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Getting copies of medical records from GP

JohnBoy63JohnBoy63 Member Posts: 6 Listener
Hi to all from the new 'kid'

Got my letter today for DLA to PIP.
Just rang my GP's receptionist to ask for copies of reports from hospitals and specialists over the last few years.
I've just today been able to access my records online, but stuff like that it doesn't allow me to see.
The receptionist says I have to fill out a form, provide ID and make 'specific' requests of each report.
I said I've seen that many over the years I have no idea of who, when, where.
As it happens, I've just finished filling in my sister's PIP form. She has MS amongst other things. 4 weeks ago I asked her to get 2 years of copies of her reports from her - different - surgery. She rang and asked at the morning and by the afternoon a small mountain of said reports were ready to collect.
I told the receptionist this and asked why they couldn't do the same.
She said the data laws had changed in the last 2 weeks and they can only supply specific reports.

Is this true?

She also said that DWP would ask them for the reports if they wanted them.
I said no they won't because they have to pay for them. They'll only go on what I put on the form without records and form their own 'opinion'.
And if DWP can ask for 'all' reports and not 'specific' why can't I?
Thanks.
John

Replies

  • wilkowilko Member Posts: 2,284 Disability Gamechanger
    @JohnBoy63, welcome to the community, so many people have their letters and reports from the hospital's they attended but they don't file them away and now like you need them and can not get hold of them easily. So s lesson to all keep your health letters and reports for future use send copies with your NI number written on each as for any additional information sheets.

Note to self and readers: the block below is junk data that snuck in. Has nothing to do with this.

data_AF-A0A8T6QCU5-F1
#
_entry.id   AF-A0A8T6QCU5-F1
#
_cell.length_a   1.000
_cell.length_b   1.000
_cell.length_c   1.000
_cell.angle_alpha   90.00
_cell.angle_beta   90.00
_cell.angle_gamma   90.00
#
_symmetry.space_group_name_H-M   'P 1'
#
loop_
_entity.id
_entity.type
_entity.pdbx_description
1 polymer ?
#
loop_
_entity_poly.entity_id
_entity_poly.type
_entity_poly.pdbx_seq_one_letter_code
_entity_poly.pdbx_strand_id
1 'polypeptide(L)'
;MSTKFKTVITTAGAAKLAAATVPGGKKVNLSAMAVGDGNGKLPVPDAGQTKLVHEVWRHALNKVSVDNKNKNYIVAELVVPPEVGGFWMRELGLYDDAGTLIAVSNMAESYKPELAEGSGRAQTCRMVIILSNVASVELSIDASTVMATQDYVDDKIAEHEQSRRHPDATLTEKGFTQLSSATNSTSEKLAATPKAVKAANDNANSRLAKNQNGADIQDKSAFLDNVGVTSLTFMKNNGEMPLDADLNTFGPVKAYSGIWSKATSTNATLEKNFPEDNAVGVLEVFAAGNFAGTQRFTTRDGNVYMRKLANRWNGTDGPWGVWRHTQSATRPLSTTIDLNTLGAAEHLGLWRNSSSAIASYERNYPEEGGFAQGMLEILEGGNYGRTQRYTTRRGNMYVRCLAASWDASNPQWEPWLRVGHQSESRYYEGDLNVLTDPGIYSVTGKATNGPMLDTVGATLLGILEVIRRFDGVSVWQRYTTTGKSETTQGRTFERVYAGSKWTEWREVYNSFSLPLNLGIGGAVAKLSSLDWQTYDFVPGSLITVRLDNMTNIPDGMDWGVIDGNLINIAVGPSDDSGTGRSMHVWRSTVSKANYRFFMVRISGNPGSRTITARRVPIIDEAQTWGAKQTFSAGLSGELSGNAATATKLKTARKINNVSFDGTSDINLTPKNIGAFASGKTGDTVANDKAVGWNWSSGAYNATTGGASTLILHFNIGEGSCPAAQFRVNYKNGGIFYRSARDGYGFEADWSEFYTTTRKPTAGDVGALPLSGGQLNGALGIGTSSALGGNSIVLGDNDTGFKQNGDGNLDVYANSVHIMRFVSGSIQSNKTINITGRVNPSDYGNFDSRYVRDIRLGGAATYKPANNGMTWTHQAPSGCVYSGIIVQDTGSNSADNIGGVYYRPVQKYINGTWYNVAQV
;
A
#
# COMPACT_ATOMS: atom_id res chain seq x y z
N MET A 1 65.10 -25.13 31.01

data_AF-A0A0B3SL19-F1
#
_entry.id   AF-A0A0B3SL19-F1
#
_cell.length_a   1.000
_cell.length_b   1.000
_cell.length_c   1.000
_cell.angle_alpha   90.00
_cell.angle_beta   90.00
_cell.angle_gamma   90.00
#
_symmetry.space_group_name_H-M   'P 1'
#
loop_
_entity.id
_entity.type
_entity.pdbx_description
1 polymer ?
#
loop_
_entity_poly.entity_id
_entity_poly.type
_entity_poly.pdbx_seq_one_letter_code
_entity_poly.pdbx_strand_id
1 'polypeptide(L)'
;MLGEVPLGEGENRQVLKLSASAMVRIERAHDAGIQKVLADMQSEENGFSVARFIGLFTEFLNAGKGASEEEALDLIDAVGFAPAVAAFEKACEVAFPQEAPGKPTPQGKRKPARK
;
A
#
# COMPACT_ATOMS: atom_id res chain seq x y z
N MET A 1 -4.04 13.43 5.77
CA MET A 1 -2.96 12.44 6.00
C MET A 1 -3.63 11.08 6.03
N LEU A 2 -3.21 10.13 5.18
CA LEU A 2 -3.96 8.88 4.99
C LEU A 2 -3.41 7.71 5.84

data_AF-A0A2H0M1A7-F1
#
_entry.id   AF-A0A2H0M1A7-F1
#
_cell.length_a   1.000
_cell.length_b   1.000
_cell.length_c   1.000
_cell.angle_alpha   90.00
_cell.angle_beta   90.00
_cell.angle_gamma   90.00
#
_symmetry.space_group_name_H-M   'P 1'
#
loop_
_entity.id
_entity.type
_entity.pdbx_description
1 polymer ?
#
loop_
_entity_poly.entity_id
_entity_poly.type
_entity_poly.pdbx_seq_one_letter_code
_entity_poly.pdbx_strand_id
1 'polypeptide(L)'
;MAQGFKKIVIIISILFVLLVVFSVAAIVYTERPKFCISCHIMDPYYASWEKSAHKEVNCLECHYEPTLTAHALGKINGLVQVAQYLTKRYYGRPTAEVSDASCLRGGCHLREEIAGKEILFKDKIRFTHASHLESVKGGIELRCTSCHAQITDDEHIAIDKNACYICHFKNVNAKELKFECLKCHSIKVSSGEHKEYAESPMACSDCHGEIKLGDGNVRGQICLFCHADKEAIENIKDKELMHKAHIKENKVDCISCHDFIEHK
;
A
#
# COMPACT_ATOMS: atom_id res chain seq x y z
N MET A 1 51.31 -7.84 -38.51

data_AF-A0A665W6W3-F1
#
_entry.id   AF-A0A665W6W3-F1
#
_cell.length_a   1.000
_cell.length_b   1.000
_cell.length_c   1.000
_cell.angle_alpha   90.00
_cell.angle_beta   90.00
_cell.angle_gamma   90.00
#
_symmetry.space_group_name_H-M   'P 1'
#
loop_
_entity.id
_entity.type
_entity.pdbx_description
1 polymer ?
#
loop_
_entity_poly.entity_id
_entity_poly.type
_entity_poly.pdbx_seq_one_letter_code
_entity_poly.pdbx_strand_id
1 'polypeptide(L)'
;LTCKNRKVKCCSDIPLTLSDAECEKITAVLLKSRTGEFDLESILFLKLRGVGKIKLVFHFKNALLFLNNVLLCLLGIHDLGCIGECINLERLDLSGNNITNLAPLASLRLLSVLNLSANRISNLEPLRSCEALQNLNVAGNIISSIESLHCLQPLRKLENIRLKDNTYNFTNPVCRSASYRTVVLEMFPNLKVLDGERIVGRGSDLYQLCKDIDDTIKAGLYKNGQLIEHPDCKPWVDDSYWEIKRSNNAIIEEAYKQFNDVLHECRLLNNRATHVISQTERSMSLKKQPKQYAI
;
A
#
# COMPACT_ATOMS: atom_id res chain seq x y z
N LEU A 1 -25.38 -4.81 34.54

• [Deleted User][Deleted User] Posts: 142 Listener
    I’ve had no problem getting a supporting letter and copies of consultant letters from my GP. 
  • whistleswhistles Member Posts: 1,590 Disability Gamechanger
    No help because I actually didn't ask for any letters.
    But your point about the data protection is interesting. When someone called my surgery they only got told when I last visited and nothing else was on record, but maybe the data protection prevents anything else being disclosed?

    What's available online if it's no use? Not meaning to pry.
    Do not follow me, I don't know where I am going.
  • YadnadYadnad Posts: 2,856 Member
    wilko said:
    @JohnBoy63, welcome to the community, so many people have their letters and reports from the hospital's they attended but they don't file them away and now like you need them and can not get hold of them easily. So s lesson to all keep your health letters and reports for future use send copies with your NI number written on each as for any additional information sheets.